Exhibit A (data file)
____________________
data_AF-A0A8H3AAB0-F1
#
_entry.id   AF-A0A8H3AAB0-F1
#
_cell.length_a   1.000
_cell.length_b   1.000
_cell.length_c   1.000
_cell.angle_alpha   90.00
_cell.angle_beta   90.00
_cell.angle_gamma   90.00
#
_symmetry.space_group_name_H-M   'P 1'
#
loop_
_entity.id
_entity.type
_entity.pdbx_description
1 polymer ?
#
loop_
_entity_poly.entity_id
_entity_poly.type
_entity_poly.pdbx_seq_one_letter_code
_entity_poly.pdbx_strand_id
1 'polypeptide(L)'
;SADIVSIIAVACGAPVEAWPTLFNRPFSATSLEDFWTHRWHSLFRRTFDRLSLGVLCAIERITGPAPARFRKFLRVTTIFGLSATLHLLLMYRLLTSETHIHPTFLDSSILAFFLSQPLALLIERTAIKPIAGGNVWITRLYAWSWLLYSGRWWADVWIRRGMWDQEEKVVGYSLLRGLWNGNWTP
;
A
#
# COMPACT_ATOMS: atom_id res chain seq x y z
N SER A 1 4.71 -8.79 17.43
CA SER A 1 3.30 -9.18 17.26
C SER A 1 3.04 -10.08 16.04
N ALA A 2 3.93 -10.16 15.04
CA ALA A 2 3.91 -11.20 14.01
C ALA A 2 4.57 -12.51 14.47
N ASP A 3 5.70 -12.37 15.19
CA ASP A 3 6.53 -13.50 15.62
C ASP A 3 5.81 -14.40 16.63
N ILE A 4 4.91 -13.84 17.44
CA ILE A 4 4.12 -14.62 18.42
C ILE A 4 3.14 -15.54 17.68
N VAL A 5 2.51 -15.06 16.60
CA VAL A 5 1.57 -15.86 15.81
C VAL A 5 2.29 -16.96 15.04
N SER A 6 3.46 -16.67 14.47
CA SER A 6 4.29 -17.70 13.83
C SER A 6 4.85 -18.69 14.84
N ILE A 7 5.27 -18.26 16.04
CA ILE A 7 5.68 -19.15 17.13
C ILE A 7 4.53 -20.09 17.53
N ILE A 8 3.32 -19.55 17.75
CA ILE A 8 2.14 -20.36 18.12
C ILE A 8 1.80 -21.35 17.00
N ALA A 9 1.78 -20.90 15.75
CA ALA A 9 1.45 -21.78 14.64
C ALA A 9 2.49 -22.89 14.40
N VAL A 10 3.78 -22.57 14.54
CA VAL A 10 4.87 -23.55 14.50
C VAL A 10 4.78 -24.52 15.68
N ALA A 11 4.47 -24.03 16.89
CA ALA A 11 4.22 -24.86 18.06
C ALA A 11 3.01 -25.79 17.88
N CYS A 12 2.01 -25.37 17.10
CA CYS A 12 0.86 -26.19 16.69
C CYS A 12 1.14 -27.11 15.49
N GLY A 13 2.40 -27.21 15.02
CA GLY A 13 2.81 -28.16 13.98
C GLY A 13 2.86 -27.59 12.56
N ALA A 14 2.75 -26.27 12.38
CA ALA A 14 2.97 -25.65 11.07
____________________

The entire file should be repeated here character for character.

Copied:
data_AF-A0A8H3AAB0-F1
#
_entry.id   AF-A0A8H3AAB0-F1
#
_cell.length_a   1.000
_cell.length_b   1.000
_cell.length_c   1.000
_cell.angle_alpha   90.00
_cell.angle_beta   90.00
_cell.angle_gamma   90.00
#
_symmetry.space_group_name_H-M   'P 1'
#
loop_
_entity.id
_entity.type
_entity.pdbx_description
1 polymer ?
#
loop_
_entity_poly.entity_id
_entity_poly.type
_entity_poly.pdbx_seq_one_letter_code
_entity_poly.pdbx_strand_id
1 'polypeptide(L)'
;SADIVSIIAVACGAPVEAWPTLFNRPFSATSLEDFWTHRWHSLFRRTFDRLSLGVLCAIERITGPAPARFRKFLRVTTIFGLSATLHLLLMYRLLTSETHIHPTFLDSSILAFFLSQPLALLIERTAIKPIAGGNVWITRLYAWSWLLYSGRWWADVWIRRGMWDQEEKVVGYSLLRGLWNGNWTP
;
A
#
# COMPACT_ATOMS: atom_id res chain seq x y z
N SER A 1 4.71 -8.79 17.43
CA SER A 1 3.30 -9.18 17.26
C SER A 1 3.04 -10.08 16.04
N ALA A 2 3.93 -10.16 15.04
CA ALA A 2 3.91 -11.20 14.01
C ALA A 2 4.57 -12.51 14.47
N ASP A 3 5.70 -12.37 15.19
CA ASP A 3 6.53 -13.50 15.62
C ASP A 3 5.81 -14.40 16.63
N ILE A 4 4.91 -13.84 17.44
CA ILE A 4 4.12 -14.62 18.42
C ILE A 4 3.14 -15.54 17.68
N VAL A 5 2.51 -15.06 16.60
CA VAL A 5 1.57 -15.86 15.81
C VAL A 5 2.29 -16.96 15.04
N SER A 6 3.46 -16.67 14.47
CA SER A 6 4.29 -17.70 13.83
C SER A 6 4.85 -18.69 14.84
N ILE A 7 5.27 -18.26 16.04
CA ILE A 7 5.68 -19.15 17.13
C ILE A 7 4.53 -20.09 17.53
N ILE A 8 3.32 -19.55 17.75
CA ILE A 8 2.14 -20.36 18.12
C ILE A 8 1.80 -21.35 17.00
N ALA A 9 1.78 -20.90 15.75
CA ALA A 9 1.45 -21.78 14.64
C ALA A 9 2.49 -22.89 14.40
N VAL A 10 3.78 -22.57 14.54
CA VAL A 10 4.87 -23.55 14.50
C VAL A 10 4.78 -24.52 15.68
N ALA A 11 4.47 -24.03 16.89
CA ALA A 11 4.22 -24.86 18.06
C ALA A 11 3.01 -25.79 17.88
N CYS A 12 2.01 -25.37 17.10
CA CYS A 12 0.86 -26.19 16.69
C CYS A 12 1.14 -27.11 15.49
N GLY A 13 2.40 -27.21 15.02
CA GLY A 13 2.81 -28.16 13.98
C GLY A 13 2.86 -27.59 12.56
N ALA A 14 2.75 -26.27 12.38
CA ALA A 14 2.97 -25.65 11.07